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Toyota said Friday net profit almost doubled to a record $5.64 billion for the three months to June, and said it was on track to produce over 10 million vehicles worldwide this year.
The world's biggest automaker has ramped up its bid to tap emerging markets while key US demand has also been on the upswing, helping Toyota to book ever-increasing profits over the last year.
The Camry and Corolla maker tripled its net profit in the past fiscal year with a slump in the yen helping Japanese manufacturers' bottom line.
The yen, which has lost about 20 percent of its value on the dollar since November, has boosted Japanese firms' competitiveness overseas and jacked up the value of their repatriated foreign income.
However Toyota's domestic rivals Nissan and Honda posted mixed results in the quarter, with Honda's earnings slipping 7.0 percent as it hiked spending on a major expansion, while Nissan's net profit jumped 14 percent in the April-June quarter.
Nissan, Japan's number-two automaker, said sales in North America soared, but it also warned that demand in China, the world's biggest car market, tumbled while recession-riddled Europe was also weak.
On Friday, Toyota said it also saw its European market decline in the quarter as Asian sales slipped.
But North America helped make up the shortfall along with strong demand in emerging markets in Central and South America as well as Africa, it added.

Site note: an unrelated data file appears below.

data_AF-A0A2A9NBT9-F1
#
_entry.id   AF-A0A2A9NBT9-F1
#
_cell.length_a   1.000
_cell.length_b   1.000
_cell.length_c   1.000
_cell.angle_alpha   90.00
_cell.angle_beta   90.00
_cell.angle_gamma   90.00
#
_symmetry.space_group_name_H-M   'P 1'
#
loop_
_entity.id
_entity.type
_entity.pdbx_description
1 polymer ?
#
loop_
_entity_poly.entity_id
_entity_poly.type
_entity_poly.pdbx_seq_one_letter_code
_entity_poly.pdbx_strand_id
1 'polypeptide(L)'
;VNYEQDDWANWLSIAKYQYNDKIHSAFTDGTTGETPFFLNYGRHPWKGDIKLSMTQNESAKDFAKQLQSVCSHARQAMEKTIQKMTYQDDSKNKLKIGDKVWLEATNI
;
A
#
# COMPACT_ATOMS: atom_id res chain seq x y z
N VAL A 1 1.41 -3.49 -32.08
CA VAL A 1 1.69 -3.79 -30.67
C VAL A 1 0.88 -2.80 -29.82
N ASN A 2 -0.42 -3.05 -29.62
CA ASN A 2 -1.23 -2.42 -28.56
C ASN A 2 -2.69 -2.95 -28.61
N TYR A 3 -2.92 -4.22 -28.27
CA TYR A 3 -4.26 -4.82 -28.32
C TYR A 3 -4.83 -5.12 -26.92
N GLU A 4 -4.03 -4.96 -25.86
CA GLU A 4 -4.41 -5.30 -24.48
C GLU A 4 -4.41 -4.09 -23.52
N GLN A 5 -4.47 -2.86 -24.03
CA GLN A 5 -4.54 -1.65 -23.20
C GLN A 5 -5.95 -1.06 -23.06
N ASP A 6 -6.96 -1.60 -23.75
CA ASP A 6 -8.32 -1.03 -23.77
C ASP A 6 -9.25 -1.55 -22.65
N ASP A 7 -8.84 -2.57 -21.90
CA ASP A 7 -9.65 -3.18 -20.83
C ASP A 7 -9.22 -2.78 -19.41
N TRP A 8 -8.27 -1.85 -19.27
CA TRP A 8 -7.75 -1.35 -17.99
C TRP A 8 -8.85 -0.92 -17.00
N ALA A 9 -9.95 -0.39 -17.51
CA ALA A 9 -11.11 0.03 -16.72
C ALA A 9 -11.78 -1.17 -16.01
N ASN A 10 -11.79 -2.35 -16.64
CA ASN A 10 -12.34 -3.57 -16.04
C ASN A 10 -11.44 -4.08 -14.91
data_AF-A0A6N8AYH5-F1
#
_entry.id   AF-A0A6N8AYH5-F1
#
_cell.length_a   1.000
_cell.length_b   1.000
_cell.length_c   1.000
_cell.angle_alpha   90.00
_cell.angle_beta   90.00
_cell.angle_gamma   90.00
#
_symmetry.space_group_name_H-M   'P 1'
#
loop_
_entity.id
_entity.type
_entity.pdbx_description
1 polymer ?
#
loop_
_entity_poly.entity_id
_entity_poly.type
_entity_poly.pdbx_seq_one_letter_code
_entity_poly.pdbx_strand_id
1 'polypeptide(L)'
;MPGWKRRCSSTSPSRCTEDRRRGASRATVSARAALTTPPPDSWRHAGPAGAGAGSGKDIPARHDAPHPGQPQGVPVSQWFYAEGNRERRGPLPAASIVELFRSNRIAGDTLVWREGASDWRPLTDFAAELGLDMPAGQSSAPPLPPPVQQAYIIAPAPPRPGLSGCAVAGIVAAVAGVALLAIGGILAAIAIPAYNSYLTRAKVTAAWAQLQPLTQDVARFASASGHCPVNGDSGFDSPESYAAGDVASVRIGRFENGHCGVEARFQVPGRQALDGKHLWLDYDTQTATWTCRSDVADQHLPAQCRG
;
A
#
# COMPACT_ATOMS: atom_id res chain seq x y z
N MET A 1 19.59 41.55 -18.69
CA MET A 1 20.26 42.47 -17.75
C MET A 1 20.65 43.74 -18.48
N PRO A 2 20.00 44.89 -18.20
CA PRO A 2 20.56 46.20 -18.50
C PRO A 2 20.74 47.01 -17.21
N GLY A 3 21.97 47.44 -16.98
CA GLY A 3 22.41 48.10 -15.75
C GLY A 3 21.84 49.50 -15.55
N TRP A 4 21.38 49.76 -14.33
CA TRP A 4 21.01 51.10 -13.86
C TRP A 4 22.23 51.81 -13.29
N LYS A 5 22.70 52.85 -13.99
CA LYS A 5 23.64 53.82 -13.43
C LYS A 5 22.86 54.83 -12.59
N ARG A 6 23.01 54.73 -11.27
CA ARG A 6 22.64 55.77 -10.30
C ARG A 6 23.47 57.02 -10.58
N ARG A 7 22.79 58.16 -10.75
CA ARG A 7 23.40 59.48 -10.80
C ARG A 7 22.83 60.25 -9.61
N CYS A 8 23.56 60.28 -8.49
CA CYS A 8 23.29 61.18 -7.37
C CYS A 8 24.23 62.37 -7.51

Toyota said it earned 562.19 billion yen ($5.64 billion) in the quarter on sales of 6.25 trillion yen, which were up 13.7 percent from a year earlier.
Profit "increased due to the impact of foreign exchange rates and our global efforts for profit improvement, through cost reduction activities," Managing Officer Takuo Sasaki said in a statement.
Looking forward, Toyota said it expected to pump out a record 10.12 million vehicles this calendar year, after it overtook General Motors in 2012 to regain the title of world's biggest automaker.
Toyota did not specifically address China, but sales in the country were dented in the wake of a flare-up in a territorial dispute between Tokyo and Beijing last year which sparked a consumer boycott of Japanese brands in China.
Despite the China troubles, Japanese industry has benefited from the big-spending and easy-money policies of Prime Minister Shinzo Abe, with huge monetary easing measures from the premier's hand-picked team at the Bank of Japan helping push down the yen.
The nation's manufacturers are eyeing a pickup in domestic demand ahead of planned sales tax hikes that would double the rate to 10 percent over the next couple of years. However, Abe's government is mulling whether to go ahead with the plan amid fears it could hurt his economy-boosting efforts.
Also Friday, Toyota said it expects a net profit of 1.48 trillion yen for the fiscal year to March on sales of 24 trillion yen.
That was up from an earlier forecast of a 1.37 trillion yen profit on sales of 23.5 trillion yen.
Toyota shares closed up 3.37 percent to 6,430 yen in Tokyo on Friday before its results were released.